TOM: Yeah, but again, this should be very reproducible. You should be able to make this happen by turning the heat on and off. So do this and think about it and listen and it could take five minutes.
    TERRI: OK.
    TOM: But if you hear that, you put two and two together and you’ve got the source of your noise.
    TERRI; Thank you very much.
    TOM: You’re welcome. Thanks so much for calling us at 888-MONEY-PIT.
    Wow, a house noise that qualifies as a 911 emergency. (Leslie chuckles)
    LESLIE: You are tuned to the Money Pit Home Improvement Radio Show.
    Up next, tax incentives; they are making this a great time to take on some energy-efficient home improvements. But which ones are going to pay off the most? We’re going to answer that e-mail question when we come back.
    ANNOUNCEMENT: The Money Pit is brought to you by APC. Protect your computer with APC’s newest energy-efficient backup 750G, guaranteed power protection that can save up to $40 a year on your electric bill. For more information and a chance to win, visit www.MoneyPit.com/Green. That’s MoneyPit.com/Green. That’s www.MoneyPit.com/Green. Now here are Tom and Leslie.
    TOM: This is The Money Pit Home Improvement Radio Show. I’m Tom Kraeutler.
    LESLIE: And I’m Leslie Segrete.
    TOM: Pick up the phone and give us a call right now at 1-888-MONEY-PIT or, if you’re the shy type, head on over to MoneyPit.com, click on Ask Tom and Leslie and send us an e-mail question just like Ronald did from Middle Island, New York.
    LESLIE: Alright, Ronald writes: “With all of the new tax rebates on solar lighting or solar water heaters either for the home or for the pool, is now a good time to take advantage of these rebates?
    TOM: Well, it certainly is a better time than it’s been in many, many years but I will say, Ronald, that the cost of installation on some of the solar products, some of the active solar products, and the cost of buying the technology itself is still pretty high; so you really have to do a cost benefit analysis, which includes the upfront cost of the products, the installation as well as what the savings will be and how long it’ll take you to recoup that. Now the tax incentive certainly will help but make sure you do that calculation and apply it against how many years you’re actually going to be in that house, too, to make sure you’re the one who’s going to get the savings.
    LESLIE: Mm-hmm, and Ronald, here’s a great website for you; it’s the website for the Database of State Incentives for Renewables and Energy and that’s DSIREUSA.org. And once you get to their homepage, you’ll see the map of the US. Click on New York and you’ll see everything that’s available in your state as far as the work that you’re doing and what tax incentives are out there and it’s great. It’s state-by-state so it’s really user-friendly for everyone.
    TOM: Yeah, that’s very important because there are so many different types of incentives and not all of them are national; many of them are just state-by-state basis. That’s a great website for you to identify that. Again, DSIREUSA.org.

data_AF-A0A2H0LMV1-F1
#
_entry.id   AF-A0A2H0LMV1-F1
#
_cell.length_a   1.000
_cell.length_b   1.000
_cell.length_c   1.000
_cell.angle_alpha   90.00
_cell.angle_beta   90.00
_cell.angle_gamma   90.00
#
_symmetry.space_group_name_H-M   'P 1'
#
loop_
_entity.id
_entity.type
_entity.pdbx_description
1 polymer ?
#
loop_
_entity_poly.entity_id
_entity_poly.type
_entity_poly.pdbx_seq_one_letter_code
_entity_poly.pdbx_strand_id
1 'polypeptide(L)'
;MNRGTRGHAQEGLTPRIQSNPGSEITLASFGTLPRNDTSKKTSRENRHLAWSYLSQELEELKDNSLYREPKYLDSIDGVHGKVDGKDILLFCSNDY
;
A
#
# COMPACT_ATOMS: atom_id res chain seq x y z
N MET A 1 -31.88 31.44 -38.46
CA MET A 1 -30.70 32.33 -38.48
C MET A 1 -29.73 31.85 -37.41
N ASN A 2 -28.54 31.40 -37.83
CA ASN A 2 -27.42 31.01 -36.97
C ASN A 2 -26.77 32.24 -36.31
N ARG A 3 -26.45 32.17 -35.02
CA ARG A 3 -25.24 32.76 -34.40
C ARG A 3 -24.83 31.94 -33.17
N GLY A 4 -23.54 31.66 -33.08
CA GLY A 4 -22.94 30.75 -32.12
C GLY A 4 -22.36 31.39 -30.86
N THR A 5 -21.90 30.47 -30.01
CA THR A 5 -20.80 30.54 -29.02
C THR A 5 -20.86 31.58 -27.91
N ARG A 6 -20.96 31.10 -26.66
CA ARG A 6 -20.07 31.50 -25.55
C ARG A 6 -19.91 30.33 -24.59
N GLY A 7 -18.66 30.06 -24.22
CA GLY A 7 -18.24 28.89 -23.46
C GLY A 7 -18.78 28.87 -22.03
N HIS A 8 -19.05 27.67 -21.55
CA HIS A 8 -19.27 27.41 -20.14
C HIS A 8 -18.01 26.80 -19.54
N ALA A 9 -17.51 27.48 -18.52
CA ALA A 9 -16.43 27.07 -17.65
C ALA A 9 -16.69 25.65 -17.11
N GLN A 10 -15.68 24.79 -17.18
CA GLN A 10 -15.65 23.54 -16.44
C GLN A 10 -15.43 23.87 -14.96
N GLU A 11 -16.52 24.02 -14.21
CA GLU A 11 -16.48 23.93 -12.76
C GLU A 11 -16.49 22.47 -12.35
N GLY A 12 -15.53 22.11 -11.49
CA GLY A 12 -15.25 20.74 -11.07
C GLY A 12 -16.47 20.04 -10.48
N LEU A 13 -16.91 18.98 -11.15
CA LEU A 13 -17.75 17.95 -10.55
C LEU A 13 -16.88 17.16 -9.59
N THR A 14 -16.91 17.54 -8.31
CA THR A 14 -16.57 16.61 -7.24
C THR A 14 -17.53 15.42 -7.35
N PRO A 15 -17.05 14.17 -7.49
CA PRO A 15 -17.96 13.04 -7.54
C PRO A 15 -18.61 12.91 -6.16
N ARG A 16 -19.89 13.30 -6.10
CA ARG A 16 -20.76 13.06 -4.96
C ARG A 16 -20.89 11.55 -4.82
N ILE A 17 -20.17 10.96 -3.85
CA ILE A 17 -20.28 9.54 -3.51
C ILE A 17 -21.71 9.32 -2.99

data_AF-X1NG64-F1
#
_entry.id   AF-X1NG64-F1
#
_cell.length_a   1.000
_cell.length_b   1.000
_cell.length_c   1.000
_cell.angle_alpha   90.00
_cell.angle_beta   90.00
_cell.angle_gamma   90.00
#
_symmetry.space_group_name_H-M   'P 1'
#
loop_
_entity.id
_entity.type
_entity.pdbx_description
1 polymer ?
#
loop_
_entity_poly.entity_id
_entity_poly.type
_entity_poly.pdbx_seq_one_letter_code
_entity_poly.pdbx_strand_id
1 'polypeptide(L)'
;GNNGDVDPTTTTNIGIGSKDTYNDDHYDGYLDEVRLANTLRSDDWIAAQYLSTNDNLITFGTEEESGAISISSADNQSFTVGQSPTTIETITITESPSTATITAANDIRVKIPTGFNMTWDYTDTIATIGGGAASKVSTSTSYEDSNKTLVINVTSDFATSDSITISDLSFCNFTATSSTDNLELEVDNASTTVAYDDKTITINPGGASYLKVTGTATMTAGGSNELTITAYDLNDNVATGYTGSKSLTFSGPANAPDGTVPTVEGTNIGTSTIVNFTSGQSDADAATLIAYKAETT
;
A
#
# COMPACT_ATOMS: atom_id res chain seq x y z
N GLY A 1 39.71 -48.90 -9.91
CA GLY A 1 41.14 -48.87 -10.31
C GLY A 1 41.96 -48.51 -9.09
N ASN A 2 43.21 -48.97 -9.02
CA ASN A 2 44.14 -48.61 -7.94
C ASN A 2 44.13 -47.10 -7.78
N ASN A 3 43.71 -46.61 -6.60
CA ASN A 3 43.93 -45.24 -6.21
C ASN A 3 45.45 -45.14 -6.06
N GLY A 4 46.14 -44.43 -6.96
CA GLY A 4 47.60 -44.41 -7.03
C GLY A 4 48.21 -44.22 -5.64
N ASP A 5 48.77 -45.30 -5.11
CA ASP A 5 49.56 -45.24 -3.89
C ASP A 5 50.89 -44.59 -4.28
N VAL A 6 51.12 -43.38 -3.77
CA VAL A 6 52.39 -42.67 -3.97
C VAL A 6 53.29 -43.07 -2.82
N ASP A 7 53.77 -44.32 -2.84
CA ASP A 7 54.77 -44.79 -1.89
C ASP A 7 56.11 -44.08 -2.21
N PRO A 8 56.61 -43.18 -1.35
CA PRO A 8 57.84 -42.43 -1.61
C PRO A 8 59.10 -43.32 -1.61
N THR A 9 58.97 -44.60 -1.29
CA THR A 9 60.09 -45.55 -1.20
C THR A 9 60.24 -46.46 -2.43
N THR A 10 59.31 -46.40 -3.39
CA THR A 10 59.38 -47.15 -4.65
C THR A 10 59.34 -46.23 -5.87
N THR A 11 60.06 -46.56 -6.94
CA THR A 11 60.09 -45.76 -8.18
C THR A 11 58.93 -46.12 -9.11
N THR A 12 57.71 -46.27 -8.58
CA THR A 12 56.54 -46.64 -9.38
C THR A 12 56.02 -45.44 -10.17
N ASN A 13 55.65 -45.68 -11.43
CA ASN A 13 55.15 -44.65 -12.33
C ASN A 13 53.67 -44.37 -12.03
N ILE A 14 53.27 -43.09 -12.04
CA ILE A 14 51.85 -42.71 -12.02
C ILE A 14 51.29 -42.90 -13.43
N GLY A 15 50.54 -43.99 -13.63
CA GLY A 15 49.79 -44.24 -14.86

LESLIE: Alright, our next e-mail is from Rebecca in Mattery (sp), Louisiana who writes: “I’m considering buying a house that hasn’t had electricity since 2005. Am I crazy? The house also had a leak in the roof that damaged the sheet rock.”
    TOM: You know, the issue there is probably mold and the reason I say that, not so much because of the leak in the roof – while that certainly could cause mold – when you don’t have a heating system that’s active inside of the house, you have a lot of moisture and a lot of humidity and the conditions are absolutely perfect to grow mold; especially in a damp, moist area like Louisiana. I would absolutely recommend that you get a professional home inspection done that includes a mold analysis on this house before you move any further in this transaction, because I don’t want you to buy a house that could potentially be a sick house and it could make you and your family very ill.
    LESLIE: Alright, now we’ve got one from Linda who writes: “We just bought a home in Northern New Jersey with an old, electric heat pump that’s not working. Should we replace it with a new heat pump, replace it with oil, replace it with gas? What is the best option that will keep us warm and also be cost efficient?”
    TOM: Well, if fossil fuel is available, Linda – that would be oil, gas or propane – I think that’s going to be much more efficient than electric. That being said, if you have the opportunity to put in a geothermal heat pump, that’s probably the most efficient. If it’s a standard air-source heat pump, not efficient at all; especially in the northern climate, because most of the time it’s going to be working on the electric backup system which is built into most heat pumps and that’s very, very costly to operate. So I would recommend that, if possible, you consider putting in a gas appliance first.
    Now, one thing about the utility companies: typically, they will run the gas lines right to the meter, right to your house if you promise to actually use a gas-consuming appliance. It could be a range, it could be a stove, it could be a water heater or it could be your furnace. So think about actually installing a gas-fired furnace. Have the gas company run the lines in and I think you’re going to get maximum efficiency that way.
    LESLIE: Alright, Linda, I hope that helps and good luck with this project.
    TOM: You’ve been listening to the Money Pit Home Improvement Radio Show and we are so glad that you are. Hey, the show continues online at MoneyPit.com, available 24/7/365 as also our call-in phone number; so if you didn’t get in today, please pick up the phone and call us anytime. If we’re not in the studio, we may call you back the next time we are.
    I’m Tom Kraeutler.
    LESLIE: And I’m Leslie Segrete.
    TOM: Helping you build big dreams.
    (theme song)
    (Copyright 2009 Squeaky Door Productions, Inc. No portion of this transcript or audio file may be reproduced in any format without the express written permission of Squeaky Door Productions, Inc.)